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Collecting egocentric network data with visual tools: A comparative study

Published online by Cambridge University Press:  26 February 2020

Betina Hollstein
Affiliation:
SOCIUM—Research Center on Inequality and Social Policy, University of Bremen, Bremen, Germany
Tom Töpfer
Affiliation:
SOCIUM—Research Center on Inequality and Social Policy, University of Bremen, Bremen, Germany Institute for Educational Science, University of Hildesheim, Hildesheim, Germany (email: toepfert@uni-hildesheim.de)
Jürgen Pfeffer
Affiliation:
Bavarian School of Public Policy, Technical University of Munich, Munich, Germany (email: juergen.pfeffer@hfp.tum.de)
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Abstract

When collecting egocentric network data, visual representations of networks can function as a cognitive aid for depicting relationships, helping to maintain an overview of the relationships, and keeping the attention of the interviewees. Additionally, network maps can serve as a narration generator in qualitative and in mixed-methods studies. While varying visual instruments are used for collecting egocentric network data, little is known about differences among visual tools concerning the influence on the resulting network data, the usability for interviewees, and data validity. The article provides an overview of existing visually oriented tools that are used to collect egocentric networks and discusses their functions, advantages, and limitations. Then, we present results of an experimental study where we compare four different visual tools with regard to networks elicited, manageability, and the impact of follow-up questions. In order to assess the manageability of the four tools, we used the thinking aloud method. The results provide evidence that the decision in favor of a specific visual tool (structured vs. unstructured) can affect the size and composition of the elicited networks. Follow-up questions greatly affect the elicited networks and follow-up cues can level out differences among tools. Respondents tend to prefer the concentric circles tool, with some differences in preferences and manageability of tools between participants with low and those with high socioeconomic status. Finally, assets and drawbacks of the four instruments are discussed with regard to data quality and crucial aspects of the data collection process when using visual tools.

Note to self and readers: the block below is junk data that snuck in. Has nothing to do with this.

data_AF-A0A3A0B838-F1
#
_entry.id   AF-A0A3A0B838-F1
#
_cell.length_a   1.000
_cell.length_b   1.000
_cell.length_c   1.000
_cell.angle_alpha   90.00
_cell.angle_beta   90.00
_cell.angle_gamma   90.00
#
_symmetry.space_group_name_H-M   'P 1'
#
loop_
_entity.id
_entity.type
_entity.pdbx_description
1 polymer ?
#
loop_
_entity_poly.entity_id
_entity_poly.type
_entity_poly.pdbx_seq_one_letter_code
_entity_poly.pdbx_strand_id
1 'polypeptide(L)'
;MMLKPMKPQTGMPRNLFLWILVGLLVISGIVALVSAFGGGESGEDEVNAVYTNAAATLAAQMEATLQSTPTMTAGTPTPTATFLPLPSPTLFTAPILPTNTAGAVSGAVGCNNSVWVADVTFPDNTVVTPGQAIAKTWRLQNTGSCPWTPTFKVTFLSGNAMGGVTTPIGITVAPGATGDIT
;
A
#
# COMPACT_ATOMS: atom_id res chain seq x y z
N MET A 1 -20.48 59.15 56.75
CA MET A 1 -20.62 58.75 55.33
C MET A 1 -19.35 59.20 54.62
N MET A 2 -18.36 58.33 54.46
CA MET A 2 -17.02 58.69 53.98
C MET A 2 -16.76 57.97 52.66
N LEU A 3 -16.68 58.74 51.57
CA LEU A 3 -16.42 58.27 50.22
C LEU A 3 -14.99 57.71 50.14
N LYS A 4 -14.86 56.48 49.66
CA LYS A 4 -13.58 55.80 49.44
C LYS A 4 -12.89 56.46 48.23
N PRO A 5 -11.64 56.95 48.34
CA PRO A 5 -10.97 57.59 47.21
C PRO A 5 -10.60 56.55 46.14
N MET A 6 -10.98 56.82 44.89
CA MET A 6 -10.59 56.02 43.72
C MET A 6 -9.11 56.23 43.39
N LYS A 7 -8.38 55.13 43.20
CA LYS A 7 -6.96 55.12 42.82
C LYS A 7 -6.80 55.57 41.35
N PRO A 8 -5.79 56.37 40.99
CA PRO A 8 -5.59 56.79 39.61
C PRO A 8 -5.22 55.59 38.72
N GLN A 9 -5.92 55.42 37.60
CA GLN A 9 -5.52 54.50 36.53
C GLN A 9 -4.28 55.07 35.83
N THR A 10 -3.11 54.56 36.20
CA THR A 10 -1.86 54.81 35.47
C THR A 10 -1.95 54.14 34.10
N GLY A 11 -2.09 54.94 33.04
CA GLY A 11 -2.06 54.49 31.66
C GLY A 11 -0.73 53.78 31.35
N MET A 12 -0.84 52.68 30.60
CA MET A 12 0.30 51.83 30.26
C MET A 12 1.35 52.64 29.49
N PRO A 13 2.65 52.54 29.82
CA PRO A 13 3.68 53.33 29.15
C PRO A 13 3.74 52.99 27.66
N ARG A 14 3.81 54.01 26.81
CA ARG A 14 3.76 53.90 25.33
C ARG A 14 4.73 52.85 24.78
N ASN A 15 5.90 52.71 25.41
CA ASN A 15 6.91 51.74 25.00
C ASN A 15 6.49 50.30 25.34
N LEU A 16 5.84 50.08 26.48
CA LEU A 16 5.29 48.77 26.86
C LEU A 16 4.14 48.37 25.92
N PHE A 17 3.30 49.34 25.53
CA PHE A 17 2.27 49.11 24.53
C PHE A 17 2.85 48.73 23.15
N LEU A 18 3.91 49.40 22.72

Type
Research Article
Creative Commons
Creative Common License - CCCreative Common License - BY
This is an Open Access article, distributed under the terms of the Creative Commons Attribution licence (http://creativecommons.org/licenses/by/4.0/), which permits unrestricted re-use, distribution, and reproduction in any medium, provided the original work is properly cited.
Copyright
© The Author(s) 2020. Published by Cambridge University Press

Footnotes

Special Issue Editors: Brea L. Perry, Bernice A. Pescosolido, Mario L. Small, and Ann McCranie

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